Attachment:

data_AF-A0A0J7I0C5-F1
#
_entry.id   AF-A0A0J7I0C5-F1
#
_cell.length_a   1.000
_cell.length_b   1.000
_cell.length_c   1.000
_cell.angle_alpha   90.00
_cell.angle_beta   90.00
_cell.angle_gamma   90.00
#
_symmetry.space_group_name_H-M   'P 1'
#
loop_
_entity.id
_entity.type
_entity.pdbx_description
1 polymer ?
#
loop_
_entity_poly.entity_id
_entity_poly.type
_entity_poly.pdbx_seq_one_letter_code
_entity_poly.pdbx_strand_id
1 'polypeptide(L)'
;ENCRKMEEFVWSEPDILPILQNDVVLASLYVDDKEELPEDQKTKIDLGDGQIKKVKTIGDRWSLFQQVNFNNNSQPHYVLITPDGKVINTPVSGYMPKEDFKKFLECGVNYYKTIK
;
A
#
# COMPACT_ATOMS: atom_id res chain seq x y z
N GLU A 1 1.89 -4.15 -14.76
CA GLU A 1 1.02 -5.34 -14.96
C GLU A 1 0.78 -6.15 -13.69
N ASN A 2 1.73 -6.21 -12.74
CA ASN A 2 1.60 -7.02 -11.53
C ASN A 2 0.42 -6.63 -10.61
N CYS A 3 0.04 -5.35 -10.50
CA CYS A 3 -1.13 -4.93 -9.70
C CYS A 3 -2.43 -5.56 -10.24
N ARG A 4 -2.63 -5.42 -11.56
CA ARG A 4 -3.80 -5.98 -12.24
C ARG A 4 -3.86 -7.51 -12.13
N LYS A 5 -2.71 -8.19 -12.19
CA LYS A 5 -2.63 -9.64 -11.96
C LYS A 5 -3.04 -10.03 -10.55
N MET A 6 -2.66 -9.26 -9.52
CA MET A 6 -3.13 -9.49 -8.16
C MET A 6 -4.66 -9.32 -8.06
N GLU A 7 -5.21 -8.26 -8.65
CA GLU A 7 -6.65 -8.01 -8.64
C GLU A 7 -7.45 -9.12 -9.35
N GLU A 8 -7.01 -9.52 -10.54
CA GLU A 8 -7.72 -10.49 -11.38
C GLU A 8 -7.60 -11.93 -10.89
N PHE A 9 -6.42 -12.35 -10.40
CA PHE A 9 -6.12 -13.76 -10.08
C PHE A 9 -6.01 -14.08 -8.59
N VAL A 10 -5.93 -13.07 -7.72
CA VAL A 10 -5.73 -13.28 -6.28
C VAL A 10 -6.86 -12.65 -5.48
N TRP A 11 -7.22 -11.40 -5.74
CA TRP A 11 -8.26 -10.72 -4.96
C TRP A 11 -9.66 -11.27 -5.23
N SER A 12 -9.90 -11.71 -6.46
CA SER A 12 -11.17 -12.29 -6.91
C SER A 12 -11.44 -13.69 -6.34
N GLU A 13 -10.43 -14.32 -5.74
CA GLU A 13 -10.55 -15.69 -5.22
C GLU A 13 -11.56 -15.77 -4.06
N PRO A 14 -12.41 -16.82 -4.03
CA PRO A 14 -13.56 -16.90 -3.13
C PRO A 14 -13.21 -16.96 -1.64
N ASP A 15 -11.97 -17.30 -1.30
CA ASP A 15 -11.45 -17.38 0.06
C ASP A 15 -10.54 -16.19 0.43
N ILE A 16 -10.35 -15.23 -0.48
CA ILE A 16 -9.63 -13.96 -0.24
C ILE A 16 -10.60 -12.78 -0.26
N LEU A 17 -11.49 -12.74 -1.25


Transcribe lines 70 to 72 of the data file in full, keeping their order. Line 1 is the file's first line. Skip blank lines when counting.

N PRO A 14 -12.41 -16.82 -4.03
CA PRO A 14 -13.56 -16.90 -3.13
C PRO A 14 -13.21 -16.96 -1.64